Saturday, 5 April 2014

Noshiro and Ogata Mura

From Fukaura we went back down the coast to Noshiro, a port town on the Akita coast line that has one of Japan's few coal fired electricity plants.  The city has surely seen better days, but it's still a relatively pleasant city. We popped in to see Kaneyu, opened in 1937 as a restaurant. It's a grand building with impressive tatami hallways.  A group of long retired men from Tokyo was there practicing chanting.
Kaneyu, Noshiro
(It was pouring rain when we were there & this is a picture from 2011)

Kaneyu, Noshiro
After a quick trip to Kaneyu we went on to Ogata mura. Ogata mura is the site of a reclaimed lake, Hachirogata,  in the north east of Akita. It was a shallow lake, the second largest in Japan at the time,  filled in to make ricefields; construction began in 1957 under Dutch command. I  don't know much about the politics that went on behind it, but it seems like a very dubious construction.   

 In the war food shortages were a problem, but after the war things recovered quickly, especially with land reform that enabled the majority of farmers to be farming their own land. By the time construction began to reclaim the land that is now Ogata mura, Japan was more than self sufficient in rice.  It wasn't just Japanese political dodginess,  though political links with the construction industry are absolutely notorious; the World Bank and the UN were also apparently behind the scheme.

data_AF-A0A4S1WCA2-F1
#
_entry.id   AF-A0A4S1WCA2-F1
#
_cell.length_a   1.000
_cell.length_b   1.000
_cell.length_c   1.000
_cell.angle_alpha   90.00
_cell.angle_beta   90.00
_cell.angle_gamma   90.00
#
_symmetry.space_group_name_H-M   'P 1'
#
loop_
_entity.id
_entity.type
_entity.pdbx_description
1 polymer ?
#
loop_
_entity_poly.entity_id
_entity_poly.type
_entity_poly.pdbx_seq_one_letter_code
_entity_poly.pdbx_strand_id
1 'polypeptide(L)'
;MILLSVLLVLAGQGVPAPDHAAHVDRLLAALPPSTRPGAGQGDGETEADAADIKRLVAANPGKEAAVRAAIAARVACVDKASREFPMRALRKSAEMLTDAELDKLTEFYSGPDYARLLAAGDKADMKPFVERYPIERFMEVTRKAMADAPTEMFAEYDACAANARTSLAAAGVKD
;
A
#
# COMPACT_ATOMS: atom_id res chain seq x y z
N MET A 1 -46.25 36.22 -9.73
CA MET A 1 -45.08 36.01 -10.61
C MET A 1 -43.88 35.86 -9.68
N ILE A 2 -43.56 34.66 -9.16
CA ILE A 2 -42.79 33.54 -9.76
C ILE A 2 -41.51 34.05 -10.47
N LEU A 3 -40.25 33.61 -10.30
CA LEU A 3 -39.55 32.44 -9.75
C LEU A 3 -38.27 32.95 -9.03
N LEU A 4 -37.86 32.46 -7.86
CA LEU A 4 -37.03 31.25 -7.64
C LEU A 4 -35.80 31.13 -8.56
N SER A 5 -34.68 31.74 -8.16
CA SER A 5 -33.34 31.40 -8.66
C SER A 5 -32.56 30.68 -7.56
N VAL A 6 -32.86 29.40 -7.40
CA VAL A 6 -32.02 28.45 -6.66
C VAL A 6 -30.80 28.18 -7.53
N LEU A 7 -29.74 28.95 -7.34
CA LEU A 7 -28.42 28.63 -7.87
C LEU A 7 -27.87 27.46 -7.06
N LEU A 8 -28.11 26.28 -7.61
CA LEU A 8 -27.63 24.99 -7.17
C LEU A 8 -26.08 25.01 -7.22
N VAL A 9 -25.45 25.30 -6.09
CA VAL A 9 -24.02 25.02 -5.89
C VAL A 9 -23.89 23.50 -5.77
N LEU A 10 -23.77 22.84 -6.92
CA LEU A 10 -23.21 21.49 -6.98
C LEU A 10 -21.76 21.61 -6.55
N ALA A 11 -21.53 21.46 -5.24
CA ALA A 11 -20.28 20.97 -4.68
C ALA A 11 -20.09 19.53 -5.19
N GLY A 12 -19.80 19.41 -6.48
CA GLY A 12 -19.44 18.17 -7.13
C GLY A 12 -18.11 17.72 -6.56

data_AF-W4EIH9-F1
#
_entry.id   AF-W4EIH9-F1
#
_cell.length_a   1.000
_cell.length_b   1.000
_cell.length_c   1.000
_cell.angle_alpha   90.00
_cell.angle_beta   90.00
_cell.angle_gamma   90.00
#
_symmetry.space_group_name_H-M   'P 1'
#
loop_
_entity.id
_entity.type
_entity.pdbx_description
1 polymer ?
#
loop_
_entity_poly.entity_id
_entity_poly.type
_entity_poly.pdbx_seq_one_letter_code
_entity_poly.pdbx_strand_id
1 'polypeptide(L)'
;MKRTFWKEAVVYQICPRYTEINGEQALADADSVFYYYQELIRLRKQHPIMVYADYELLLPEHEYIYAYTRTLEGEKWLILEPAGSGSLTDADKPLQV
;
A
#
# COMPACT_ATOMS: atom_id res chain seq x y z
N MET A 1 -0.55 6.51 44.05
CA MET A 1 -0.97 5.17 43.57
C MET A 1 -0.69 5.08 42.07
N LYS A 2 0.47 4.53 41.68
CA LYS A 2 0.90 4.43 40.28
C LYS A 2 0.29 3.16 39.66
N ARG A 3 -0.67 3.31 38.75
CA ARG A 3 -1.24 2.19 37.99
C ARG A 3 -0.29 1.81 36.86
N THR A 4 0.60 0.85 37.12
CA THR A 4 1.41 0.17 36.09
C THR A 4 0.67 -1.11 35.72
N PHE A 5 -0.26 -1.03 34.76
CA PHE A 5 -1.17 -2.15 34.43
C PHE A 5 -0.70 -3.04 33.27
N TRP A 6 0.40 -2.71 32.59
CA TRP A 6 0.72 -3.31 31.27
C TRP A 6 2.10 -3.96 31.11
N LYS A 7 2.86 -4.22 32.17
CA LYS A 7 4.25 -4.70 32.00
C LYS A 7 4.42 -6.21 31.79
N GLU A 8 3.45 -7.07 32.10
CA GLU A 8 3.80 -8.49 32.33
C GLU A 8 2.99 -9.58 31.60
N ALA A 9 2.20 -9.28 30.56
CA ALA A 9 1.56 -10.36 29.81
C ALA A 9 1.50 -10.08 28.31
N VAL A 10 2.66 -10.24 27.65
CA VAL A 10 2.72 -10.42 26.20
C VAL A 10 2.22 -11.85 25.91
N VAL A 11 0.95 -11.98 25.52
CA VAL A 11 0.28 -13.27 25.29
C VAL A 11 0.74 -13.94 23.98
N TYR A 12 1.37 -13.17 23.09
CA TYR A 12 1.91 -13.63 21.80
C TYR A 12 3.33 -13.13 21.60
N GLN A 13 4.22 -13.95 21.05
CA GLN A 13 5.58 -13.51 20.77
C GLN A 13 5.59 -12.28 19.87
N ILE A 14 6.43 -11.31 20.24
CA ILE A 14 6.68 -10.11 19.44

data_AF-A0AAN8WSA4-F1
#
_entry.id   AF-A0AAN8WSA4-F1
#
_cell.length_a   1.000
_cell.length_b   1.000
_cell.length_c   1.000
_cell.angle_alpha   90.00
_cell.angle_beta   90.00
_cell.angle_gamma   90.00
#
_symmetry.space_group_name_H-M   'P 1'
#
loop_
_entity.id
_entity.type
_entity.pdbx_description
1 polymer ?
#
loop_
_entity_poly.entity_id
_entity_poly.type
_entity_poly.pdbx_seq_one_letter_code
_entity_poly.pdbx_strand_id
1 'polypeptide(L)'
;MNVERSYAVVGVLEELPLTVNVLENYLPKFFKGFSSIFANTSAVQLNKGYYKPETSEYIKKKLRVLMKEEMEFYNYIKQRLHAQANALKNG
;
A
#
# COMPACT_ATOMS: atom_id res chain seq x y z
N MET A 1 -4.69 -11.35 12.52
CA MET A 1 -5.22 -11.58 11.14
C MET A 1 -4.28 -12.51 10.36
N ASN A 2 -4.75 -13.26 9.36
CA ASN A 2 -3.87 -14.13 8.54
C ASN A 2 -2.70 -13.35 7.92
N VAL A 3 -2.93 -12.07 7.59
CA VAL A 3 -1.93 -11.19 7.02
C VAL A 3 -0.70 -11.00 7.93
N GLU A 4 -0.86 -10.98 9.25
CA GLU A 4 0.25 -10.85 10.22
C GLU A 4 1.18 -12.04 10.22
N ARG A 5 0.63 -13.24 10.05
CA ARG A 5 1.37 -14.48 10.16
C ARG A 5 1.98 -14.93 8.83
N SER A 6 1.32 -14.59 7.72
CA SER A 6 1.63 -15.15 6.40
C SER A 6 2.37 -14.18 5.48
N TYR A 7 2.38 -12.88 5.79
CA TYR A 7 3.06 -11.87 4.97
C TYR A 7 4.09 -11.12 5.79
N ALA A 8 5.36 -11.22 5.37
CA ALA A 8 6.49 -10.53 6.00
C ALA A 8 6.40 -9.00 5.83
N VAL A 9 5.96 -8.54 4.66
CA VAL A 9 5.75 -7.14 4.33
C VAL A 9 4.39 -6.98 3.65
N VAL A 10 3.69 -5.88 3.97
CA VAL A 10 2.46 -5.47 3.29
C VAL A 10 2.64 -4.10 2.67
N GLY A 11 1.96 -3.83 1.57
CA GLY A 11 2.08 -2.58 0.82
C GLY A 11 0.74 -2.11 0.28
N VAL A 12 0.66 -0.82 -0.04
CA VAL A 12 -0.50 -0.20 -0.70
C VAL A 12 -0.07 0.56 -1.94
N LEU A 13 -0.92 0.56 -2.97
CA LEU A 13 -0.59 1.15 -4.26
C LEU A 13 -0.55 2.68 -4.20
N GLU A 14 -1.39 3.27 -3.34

I feel so sad for the fish and the fisherman, the people and fauna that appreciated the lake of old... Japan now pays rice farmers not to farm.  An awful waste of money as well as the environmental destruction.  The area is now used for solar car races as it's one of the few areas of Honshu that has long straight roads.

There is a reclamation museum, which Hiro's parents did the interior work for, that shows the history of the reclamation.
The former Lake Hachirogata

During reclamation


The boats and fishermen on Lake Hachirogata

The process of Reclamation

For some reason there is a preoccupation in Tohoku visitor centres to show stuffed
versions of the native fauna...It seems particularly mournful since the habitat has been destroyed.

Hachirogata in a historical context makes me feel marginally better about it, though not much.
10,000 years ago, when sea levels were lower, there was no lake, the amount of water relative
to land has varied quite a bit over time.

Rice is Nice... very profound...
Bales of Rice

A Ford truck that was a relic of the construction era.
US Foreign Aid?

On a wall in a corridor adjacent to the museum they had
pictures of local flora and their medicinal properties.
Most of the ones that I recognise are mountain vegetables rather than
vegetables that would be growing on the reclaimed land. 

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